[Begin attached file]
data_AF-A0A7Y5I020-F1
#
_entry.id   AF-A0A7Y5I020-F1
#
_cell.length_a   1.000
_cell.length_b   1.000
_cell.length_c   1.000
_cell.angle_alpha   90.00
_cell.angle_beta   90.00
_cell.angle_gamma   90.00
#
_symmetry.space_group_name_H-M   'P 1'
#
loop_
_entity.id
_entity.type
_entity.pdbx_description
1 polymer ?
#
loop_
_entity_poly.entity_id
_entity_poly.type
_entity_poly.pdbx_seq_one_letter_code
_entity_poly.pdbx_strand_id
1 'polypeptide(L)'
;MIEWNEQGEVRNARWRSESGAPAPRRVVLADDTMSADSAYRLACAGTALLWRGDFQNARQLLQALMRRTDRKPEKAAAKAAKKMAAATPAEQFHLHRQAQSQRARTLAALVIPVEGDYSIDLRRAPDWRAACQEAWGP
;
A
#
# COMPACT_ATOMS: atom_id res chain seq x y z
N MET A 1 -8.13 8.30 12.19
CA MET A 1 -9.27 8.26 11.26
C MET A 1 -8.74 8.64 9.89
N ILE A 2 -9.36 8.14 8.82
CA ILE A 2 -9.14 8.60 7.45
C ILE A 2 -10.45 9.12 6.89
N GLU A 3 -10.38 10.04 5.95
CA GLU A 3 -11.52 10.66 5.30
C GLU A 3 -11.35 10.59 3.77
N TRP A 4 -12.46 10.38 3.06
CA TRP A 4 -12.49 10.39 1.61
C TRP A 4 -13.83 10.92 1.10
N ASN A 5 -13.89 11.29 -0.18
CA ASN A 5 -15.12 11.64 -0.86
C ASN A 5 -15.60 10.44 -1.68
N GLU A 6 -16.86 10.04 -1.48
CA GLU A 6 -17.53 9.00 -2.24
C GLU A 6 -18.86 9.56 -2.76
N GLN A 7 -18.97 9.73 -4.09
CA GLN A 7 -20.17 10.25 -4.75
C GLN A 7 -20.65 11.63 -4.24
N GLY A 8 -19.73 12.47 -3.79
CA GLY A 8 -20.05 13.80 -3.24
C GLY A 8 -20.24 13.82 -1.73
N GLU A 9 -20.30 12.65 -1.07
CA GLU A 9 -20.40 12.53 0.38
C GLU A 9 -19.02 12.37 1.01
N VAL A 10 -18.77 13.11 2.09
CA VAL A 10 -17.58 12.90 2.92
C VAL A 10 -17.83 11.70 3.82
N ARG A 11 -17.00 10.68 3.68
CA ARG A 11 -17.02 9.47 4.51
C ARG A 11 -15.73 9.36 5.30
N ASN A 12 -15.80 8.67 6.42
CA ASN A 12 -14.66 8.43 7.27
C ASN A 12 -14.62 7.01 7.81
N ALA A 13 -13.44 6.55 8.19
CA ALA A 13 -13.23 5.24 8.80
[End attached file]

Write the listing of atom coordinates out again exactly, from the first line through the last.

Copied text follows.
data_AF-A0A7Y5I020-F1
#
_entry.id   AF-A0A7Y5I020-F1
#
_cell.length_a   1.000
_cell.length_b   1.000
_cell.length_c   1.000
_cell.angle_alpha   90.00
_cell.angle_beta   90.00
_cell.angle_gamma   90.00
#
_symmetry.space_group_name_H-M   'P 1'
#
loop_
_entity.id
_entity.type
_entity.pdbx_description
1 polymer ?
#
loop_
_entity_poly.entity_id
_entity_poly.type
_entity_poly.pdbx_seq_one_letter_code
_entity_poly.pdbx_strand_id
1 'polypeptide(L)'
;MIEWNEQGEVRNARWRSESGAPAPRRVVLADDTMSADSAYRLACAGTALLWRGDFQNARQLLQALMRRTDRKPEKAAAKAAKKMAAATPAEQFHLHRQAQSQRARTLAALVIPVEGDYSIDLRRAPDWRAACQEAWGP
;
A
#
# COMPACT_ATOMS: atom_id res chain seq x y z
N MET A 1 -8.13 8.30 12.19
CA MET A 1 -9.27 8.26 11.26
C MET A 1 -8.74 8.64 9.89
N ILE A 2 -9.36 8.14 8.82
CA ILE A 2 -9.14 8.60 7.45
C ILE A 2 -10.45 9.12 6.89
N GLU A 3 -10.38 10.04 5.95
CA GLU A 3 -11.52 10.66 5.30
C GLU A 3 -11.35 10.59 3.77
N TRP A 4 -12.46 10.38 3.06
CA TRP A 4 -12.49 10.39 1.61
C TRP A 4 -13.83 10.92 1.10
N ASN A 5 -13.89 11.29 -0.18
CA ASN A 5 -15.12 11.64 -0.86
C ASN A 5 -15.60 10.44 -1.68
N GLU A 6 -16.86 10.04 -1.48
CA GLU A 6 -17.53 9.00 -2.24
C GLU A 6 -18.86 9.56 -2.76
N GLN A 7 -18.97 9.73 -4.09
CA GLN A 7 -20.17 10.25 -4.75
C GLN A 7 -20.65 11.63 -4.24
N GLY A 8 -19.73 12.47 -3.79
CA GLY A 8 -20.05 13.80 -3.24
C GLY A 8 -20.24 13.82 -1.73
N GLU A 9 -20.30 12.65 -1.07
CA GLU A 9 -20.40 12.53 0.38
C GLU A 9 -19.02 12.37 1.01
N VAL A 10 -18.77 13.11 2.09
CA VAL A 10 -17.58 12.90 2.92
C VAL A 10 -17.83 11.70 3.82
N ARG A 11 -17.00 10.68 3.68
CA ARG A 11 -17.02 9.47 4.51
C ARG A 11 -15.73 9.36 5.30
N ASN A 12 -15.80 8.67 6.42
CA ASN A 12 -14.66 8.43 7.27
C ASN A 12 -14.62 7.01 7.81
N ALA A 13 -13.44 6.55 8.19
CA ALA A 13 -13.23 5.24 8.80